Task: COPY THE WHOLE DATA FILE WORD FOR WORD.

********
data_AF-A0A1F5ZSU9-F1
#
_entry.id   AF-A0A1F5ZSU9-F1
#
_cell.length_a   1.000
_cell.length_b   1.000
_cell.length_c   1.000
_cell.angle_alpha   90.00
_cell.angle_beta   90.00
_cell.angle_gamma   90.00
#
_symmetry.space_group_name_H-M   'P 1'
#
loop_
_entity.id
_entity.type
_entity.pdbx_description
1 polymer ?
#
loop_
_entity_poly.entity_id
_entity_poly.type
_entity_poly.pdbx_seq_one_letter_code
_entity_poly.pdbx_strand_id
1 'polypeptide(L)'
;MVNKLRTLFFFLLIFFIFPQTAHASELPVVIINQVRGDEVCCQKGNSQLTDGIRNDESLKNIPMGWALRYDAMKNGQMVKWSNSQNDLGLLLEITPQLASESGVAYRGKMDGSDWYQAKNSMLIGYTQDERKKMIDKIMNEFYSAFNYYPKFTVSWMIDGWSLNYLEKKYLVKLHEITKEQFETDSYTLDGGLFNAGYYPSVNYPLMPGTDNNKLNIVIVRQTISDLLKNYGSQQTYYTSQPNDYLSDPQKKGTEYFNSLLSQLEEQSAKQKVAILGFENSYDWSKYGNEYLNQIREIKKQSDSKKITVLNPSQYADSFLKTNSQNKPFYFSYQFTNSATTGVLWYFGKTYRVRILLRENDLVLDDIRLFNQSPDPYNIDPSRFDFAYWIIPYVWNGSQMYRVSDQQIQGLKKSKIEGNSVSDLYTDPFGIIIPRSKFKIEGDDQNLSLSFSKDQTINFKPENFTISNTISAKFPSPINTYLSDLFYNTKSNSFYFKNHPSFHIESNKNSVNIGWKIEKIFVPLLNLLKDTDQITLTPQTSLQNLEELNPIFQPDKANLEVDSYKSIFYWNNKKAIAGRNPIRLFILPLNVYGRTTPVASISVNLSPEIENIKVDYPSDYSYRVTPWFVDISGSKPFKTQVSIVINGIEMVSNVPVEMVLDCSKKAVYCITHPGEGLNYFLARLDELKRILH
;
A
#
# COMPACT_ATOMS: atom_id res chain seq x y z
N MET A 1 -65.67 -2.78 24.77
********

data_AF-A0A1F5ZSU9-F1
#
_entry.id   AF-A0A1F5ZSU9-F1
#
_cell.length_a   1.000
_cell.length_b   1.000
_cell.length_c   1.000
_cell.angle_alpha   90.00
_cell.angle_beta   90.00
_cell.angle_gamma   90.00
#
_symmetry.space_group_name_H-M   'P 1'
#
loop_
_entity.id
_entity.type
_entity.pdbx_description
1 polymer ?
#
loop_
_entity_poly.entity_id
_entity_poly.type
_entity_poly.pdbx_seq_one_letter_code
_entity_poly.pdbx_strand_id
1 'polypeptide(L)'
;MVNKLRTLFFFLLIFFIFPQTAHASELPVVIINQVRGDEVCCQKGNSQLTDGIRNDESLKNIPMGWALRYDAMKNGQMVKWSNSQNDLGLLLEITPQLASESGVAYRGKMDGSDWYQAKNSMLIGYTQDERKKMIDKIMNEFYSAFNYYPKFTVSWMIDGWSLNYLEKKYLVKLHEITKEQFETDSYTLDGGLFNAGYYPSVNYPLMPGTDNNKLNIVIVRQTISDLLKNYGSQQTYYTSQPNDYLSDPQKKGTEYFNSLLSQLEEQSAKQKVAILGFENSYDWSKYGNEYLNQIREIKKQSDSKKITVLNPSQYADSFLKTNSQNKPFYFSYQFTNSATTGVLWYFGKTYRVRILLRENDLVLDDIRLFNQSPDPYNIDPSRFDFAYWIIPYVWNGSQMYRVSDQQIQGLKKSKIEGNSVSDLYTDPFGIIIPRSKFKIEGDDQNLSLSFSKDQTINFKPENFTISNTISAKFPSPINTYLSDLFYNTKSNSFYFKNHPSFHIESNKNSVNIGWKIEKIFVPLLNLLKDTDQITLTPQTSLQNLEELNPIFQPDKANLEVDSYKSIFYWNNKKAIAGRNPIRLFILPLNVYGRTTPVASISVNLSPEIENIKVDYPSDYSYRVTPWFVDISGSKPFKTQVSIVINGIEMVSNVPVEMVLDCSKKAVYCITHPGEGLNYFLARLDELKRILH
;
A
#
# COMPACT_ATOMS: atom_id res chain seq x y z
N MET A 1 -65.67 -2.78 24.77